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Post-Merger Intercultural Communication in Multinational Companies

A Linguistic Analysis

Series:

Christina Burek

In this book, the focus is on post-merger intercultural integration, effective communication between the relevant cultures and the different politeness strategies adopted by them. It is argued that cultural differences are a key issue in misunderstandings and miscommunication, which can affect a smooth post-merger integration, thereby focusing on differences between the Australians, US-Americans, Germans and the Swiss. The research contributes to bridge the gap between pragmatics, sociolinguistics and intercultural management studies. The empirical findings identify a company’s social dimensions and execution skills as strategic sources of competitive advantage in cross-border M&A activity.

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4 Methods of data collection and analysis

Extract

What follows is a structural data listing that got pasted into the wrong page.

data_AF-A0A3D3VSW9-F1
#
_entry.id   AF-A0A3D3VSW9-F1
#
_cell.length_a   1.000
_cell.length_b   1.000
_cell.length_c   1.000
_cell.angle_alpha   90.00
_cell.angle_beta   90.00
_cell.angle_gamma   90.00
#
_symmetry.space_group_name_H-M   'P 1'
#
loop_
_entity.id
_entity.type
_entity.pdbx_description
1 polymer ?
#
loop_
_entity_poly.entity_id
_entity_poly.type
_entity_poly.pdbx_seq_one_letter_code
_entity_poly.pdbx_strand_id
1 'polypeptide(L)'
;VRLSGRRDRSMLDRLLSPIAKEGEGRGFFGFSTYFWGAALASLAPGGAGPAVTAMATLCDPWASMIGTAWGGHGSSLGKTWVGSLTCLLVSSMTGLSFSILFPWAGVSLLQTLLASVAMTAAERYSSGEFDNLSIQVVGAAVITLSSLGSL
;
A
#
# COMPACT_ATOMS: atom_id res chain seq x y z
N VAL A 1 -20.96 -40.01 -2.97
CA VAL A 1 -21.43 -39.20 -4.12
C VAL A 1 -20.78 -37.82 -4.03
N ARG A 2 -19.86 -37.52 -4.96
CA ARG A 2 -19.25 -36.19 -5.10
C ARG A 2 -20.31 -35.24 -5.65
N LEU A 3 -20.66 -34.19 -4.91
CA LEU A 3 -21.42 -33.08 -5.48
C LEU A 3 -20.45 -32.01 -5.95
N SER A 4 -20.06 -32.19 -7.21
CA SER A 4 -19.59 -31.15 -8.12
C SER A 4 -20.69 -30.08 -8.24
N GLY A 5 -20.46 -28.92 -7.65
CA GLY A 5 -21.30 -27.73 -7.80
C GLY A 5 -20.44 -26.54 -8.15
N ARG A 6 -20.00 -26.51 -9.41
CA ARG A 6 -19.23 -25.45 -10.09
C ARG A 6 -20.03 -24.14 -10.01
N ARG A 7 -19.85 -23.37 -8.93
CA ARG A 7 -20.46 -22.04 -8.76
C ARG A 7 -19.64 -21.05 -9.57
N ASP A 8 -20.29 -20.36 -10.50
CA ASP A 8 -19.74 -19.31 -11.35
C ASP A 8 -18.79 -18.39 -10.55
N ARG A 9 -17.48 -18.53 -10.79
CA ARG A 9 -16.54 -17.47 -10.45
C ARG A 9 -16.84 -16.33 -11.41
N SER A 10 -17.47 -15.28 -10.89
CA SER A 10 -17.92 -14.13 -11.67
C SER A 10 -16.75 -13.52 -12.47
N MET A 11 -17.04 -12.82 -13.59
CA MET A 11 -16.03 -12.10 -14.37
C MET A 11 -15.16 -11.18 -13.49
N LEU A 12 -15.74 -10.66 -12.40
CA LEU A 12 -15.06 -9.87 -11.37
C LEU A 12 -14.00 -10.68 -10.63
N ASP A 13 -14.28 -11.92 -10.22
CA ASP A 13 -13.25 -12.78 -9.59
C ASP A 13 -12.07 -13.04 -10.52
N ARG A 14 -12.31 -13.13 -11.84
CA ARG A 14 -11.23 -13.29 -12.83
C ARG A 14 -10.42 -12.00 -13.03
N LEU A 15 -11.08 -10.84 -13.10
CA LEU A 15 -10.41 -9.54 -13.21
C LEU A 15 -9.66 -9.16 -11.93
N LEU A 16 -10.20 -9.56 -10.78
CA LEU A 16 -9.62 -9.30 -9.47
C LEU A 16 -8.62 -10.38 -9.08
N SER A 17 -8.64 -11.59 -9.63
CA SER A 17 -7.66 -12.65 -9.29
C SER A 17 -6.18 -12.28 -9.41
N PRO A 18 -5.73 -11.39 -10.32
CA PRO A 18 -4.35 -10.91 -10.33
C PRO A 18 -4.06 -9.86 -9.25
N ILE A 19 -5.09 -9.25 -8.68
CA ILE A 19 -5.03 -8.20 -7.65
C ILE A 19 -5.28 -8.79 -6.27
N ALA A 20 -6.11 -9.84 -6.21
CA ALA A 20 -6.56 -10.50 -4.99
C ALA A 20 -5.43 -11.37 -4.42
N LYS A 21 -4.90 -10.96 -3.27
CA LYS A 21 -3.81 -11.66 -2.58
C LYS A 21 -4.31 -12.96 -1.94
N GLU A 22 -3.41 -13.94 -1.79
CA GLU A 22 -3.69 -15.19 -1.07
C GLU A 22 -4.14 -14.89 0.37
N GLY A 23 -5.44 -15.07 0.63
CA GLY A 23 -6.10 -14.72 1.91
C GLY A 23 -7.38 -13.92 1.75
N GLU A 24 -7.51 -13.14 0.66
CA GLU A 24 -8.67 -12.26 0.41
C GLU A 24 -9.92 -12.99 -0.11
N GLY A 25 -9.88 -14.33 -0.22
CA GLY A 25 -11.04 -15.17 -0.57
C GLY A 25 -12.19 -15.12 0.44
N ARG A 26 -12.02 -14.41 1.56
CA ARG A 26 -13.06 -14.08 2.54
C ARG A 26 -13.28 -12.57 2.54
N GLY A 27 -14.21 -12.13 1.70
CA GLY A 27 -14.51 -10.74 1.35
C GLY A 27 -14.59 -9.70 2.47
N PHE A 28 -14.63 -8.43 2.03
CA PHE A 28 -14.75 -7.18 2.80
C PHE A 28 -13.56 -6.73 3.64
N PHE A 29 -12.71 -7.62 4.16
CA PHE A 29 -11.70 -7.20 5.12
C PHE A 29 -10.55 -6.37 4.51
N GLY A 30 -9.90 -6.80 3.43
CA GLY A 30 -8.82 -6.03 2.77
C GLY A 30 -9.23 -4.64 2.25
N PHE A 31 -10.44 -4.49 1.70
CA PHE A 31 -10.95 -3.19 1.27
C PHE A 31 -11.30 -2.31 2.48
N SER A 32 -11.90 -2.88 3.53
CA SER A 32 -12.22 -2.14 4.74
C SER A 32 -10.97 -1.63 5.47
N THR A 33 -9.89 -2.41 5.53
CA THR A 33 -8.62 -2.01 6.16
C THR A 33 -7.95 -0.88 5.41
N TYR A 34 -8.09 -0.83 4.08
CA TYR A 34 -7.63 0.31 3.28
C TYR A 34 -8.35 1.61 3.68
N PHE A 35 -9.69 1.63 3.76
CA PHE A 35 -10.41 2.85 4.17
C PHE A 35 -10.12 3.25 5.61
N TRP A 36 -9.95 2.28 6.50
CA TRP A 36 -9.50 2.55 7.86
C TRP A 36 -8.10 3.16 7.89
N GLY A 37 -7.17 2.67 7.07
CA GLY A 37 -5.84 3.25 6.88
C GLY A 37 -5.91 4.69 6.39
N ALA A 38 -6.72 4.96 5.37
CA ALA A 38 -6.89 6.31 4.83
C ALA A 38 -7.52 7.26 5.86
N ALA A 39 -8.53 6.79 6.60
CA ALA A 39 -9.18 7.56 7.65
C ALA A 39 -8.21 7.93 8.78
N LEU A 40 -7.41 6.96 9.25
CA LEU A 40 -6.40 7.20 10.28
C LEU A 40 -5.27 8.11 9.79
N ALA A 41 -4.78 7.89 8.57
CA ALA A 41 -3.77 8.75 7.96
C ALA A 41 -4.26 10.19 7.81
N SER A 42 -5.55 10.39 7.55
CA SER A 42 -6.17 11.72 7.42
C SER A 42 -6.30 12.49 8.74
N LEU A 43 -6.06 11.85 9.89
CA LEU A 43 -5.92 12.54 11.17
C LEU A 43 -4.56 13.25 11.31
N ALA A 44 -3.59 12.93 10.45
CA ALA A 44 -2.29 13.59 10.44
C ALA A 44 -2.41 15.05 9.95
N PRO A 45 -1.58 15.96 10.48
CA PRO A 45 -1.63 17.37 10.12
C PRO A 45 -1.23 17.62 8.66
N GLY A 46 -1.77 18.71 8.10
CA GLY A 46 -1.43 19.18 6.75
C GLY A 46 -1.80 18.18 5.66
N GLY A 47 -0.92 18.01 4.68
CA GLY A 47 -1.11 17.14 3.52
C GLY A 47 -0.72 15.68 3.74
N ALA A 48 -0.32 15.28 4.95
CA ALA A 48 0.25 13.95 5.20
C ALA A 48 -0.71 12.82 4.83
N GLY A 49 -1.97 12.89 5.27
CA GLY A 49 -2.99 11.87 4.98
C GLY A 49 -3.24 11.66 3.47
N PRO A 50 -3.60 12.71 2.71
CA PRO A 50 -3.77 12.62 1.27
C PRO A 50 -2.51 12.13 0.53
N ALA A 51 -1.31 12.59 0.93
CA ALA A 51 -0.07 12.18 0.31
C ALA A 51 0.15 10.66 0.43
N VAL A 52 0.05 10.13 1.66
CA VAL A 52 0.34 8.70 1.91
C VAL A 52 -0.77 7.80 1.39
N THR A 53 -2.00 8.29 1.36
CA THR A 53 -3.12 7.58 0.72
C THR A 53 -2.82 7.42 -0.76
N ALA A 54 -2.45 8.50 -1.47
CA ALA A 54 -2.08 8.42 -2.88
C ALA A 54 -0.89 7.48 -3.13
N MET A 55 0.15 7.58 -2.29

Data collection and analysis has been a widely discussed topic in linguistics. Whilst some researchers use various, and even contrasting, methodologies in their investigation of language, others condemn one approach entirely and pre- sent and support another as the only scientifically justifiable approach. As Brown and Yule (1983:270) maintain, “there is a dangerous tendency, among established scholars as among students, to hope that a particular line of approach will yield “the truth” about a problem. It is very easy to make claims which are too general and too strong.” Whilst Wolfson (1983:95) argues that “ethnographic fieldwork is the only reliable method of collecting data about the way speech acts function in interac- tion”, Labov (1972a:119) suggests, “it is not necessary for everybody to use the same methods – indeed, it is far better if we do not.” The method of data collec- tion employed in a study is clearly interwoven with the research question and it is therefore unrealistic to claim that one approach is the only scientifically justi- fiable one. Another issue of consideration is to understand what defines natural speech. Wolfson (1976:202), for example, claims that no single, absolute entity answers to the notion of natural speech, or in Stubbs (1983:225) words: “the hunt for pure, natural or authentic data is a chimera.” Wolfson (1976:202) de- clares that “if speech is felt to be appropriate to a situation and the goal, then it is natural in that context.” Wolfon’s statement is favoured, and...

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